Death-row inmate Warren Hill will live to see the weekend.
Georgia Attorney General Sam Olens' spokeswoman Lauren Kane tells CL that the state won't appeal Hill's stay of execution until at least Monday, which means that the mentally-disabled inmate won't be executed tonight at 7 p.m. as originally scheduled by the Georgia Department of Corrections. Hill was sentenced to death in 1991 for murdering a fellow inmate. He was already serving a life sentence for previously killing his girlfriend.
"Warrant expires tomorrow," Hill's attorney Brian Kammer said in a short emailed statement. "SO this is a solid stay."
Kammer told CL earlier this morning that he was anticipating a "dicey day" in court to uphold the indefinite stay of execution that Hill received yesterday from a Fulton County judge. Until a few minutes ago, the possibility of Hill's execution at 7 p.m. remained a possibility. But the state was unable to file its appeal because the court did not send transcripts from yesterday's hearing in time. After speaking with Hill today, Kammer said his client was "relieved" about the case's recent developments.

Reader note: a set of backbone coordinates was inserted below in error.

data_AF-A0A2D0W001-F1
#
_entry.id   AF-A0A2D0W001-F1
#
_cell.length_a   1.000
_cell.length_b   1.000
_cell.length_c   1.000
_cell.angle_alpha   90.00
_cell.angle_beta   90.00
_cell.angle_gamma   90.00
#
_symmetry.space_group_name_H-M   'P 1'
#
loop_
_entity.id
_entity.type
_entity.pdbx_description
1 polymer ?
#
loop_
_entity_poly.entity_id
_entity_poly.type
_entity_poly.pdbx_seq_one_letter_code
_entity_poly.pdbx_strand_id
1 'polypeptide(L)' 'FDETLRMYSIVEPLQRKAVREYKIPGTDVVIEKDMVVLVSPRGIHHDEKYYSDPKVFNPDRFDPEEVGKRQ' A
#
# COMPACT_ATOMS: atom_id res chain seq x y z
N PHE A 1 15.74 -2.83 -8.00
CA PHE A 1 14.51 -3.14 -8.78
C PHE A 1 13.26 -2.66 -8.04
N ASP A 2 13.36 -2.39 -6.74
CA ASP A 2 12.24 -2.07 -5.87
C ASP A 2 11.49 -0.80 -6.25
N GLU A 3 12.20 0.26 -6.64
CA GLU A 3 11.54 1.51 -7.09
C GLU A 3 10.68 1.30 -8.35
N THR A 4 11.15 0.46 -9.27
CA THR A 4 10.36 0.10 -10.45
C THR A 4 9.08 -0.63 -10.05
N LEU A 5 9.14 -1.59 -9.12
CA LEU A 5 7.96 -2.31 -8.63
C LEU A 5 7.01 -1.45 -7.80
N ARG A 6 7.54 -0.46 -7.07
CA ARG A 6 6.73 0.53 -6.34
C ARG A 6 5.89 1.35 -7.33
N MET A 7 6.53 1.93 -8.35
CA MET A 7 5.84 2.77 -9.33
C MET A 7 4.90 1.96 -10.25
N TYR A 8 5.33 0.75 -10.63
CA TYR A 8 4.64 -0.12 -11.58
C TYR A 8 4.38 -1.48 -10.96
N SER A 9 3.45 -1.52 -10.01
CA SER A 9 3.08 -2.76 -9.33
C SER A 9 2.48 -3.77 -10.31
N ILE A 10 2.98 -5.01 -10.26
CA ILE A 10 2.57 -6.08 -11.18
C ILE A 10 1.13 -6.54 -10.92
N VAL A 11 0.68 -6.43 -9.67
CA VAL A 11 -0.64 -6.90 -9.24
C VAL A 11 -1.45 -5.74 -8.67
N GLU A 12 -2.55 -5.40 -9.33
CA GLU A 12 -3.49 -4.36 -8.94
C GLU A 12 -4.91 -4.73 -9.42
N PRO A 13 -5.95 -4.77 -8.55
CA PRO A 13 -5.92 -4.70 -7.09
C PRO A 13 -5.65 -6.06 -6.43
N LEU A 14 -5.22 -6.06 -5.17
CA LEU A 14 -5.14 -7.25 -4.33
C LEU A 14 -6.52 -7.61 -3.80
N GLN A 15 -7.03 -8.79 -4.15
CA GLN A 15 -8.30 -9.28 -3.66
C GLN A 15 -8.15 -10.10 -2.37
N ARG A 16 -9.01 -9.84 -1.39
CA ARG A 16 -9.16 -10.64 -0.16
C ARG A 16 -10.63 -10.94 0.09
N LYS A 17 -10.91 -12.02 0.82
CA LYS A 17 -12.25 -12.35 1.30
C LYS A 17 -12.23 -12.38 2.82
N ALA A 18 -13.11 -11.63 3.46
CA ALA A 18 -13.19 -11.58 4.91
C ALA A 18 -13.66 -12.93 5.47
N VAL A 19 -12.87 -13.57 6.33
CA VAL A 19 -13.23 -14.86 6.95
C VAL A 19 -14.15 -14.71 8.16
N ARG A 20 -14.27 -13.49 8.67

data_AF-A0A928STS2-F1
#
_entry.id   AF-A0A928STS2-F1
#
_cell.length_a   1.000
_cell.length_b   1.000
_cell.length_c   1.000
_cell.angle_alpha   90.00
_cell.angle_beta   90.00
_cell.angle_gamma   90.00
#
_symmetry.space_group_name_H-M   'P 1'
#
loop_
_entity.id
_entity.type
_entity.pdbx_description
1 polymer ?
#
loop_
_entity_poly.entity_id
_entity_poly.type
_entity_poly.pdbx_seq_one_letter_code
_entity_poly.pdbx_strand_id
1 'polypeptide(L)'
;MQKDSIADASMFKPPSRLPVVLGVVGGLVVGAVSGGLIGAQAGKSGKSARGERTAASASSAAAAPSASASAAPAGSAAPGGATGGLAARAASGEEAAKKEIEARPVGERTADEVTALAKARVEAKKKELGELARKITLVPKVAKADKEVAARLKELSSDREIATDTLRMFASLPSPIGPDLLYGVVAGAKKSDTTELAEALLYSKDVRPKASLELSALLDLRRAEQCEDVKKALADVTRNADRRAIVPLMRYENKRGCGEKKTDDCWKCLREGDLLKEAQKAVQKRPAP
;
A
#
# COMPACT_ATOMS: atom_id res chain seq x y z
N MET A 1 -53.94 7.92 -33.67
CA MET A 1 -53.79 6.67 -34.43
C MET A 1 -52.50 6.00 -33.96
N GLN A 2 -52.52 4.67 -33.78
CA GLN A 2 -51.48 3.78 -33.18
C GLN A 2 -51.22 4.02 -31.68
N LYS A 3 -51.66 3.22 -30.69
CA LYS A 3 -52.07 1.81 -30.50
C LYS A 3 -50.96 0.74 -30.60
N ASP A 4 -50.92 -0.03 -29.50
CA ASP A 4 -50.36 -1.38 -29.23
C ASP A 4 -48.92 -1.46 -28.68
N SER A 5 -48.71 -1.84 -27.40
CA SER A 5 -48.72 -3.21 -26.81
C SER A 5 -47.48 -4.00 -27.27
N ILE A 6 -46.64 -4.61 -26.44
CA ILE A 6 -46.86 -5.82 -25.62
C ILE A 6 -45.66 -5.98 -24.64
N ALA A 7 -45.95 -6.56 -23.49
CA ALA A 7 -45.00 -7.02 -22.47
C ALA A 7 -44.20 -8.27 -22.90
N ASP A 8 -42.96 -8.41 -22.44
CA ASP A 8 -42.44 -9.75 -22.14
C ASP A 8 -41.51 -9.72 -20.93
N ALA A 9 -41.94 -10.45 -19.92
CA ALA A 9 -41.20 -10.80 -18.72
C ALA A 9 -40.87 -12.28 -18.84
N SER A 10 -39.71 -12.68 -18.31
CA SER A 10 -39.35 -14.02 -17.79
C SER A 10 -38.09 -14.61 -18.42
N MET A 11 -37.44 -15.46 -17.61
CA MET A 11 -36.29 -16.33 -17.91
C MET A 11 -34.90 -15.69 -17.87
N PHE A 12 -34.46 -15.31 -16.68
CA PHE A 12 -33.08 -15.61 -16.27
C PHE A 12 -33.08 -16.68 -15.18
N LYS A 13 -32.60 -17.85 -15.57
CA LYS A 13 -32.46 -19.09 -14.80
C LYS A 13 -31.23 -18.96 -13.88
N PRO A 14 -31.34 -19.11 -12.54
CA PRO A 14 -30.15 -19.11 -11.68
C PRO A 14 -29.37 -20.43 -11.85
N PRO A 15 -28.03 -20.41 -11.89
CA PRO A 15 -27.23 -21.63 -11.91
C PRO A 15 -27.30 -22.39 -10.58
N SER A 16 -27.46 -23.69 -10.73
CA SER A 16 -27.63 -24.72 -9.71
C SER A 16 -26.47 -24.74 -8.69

Fulton County Superior Court Judge Gail Tusan extended Hill's stay of execution - the third in the past year - after a contentious hearing over a new Georgia law that keeps its source of lethal injection drugs confidential. The corrections department had obtained drugs for Hill's execution from a compounding pharmacy, which called into the question the reliability and safety of how Hill would be killed.
CBS News legal analyst Andrew Cohen reports that the U.S. Supreme Court has put Hill's case on its conference docket for September 30 over an Eighth Amendment challenge. He also notes that the state's lethal-injection drugs expire in early August, which means corrections officials have to secure a new supply.
"There's an impediment to executing more people, including Mr. Hill, for the rest of the summer," Kammer says.
Given that Georgia's Supreme Court will be in recess during August, Cohen says there's a good chance they might wait for the U.S. Supreme Court to weigh in on the case.
"I'd like to believe that the U.S. Supreme Court will do the right thing on the mental retardation issue," Kammer says. "That's a very stark and clear injustice that they have the power to remedy. That would be a just and permanent solution for Mr. Hill."
We'll pick up with the continuing Warren Hill saga on Monday.
NOTE: This story has been update to reflect additional information.
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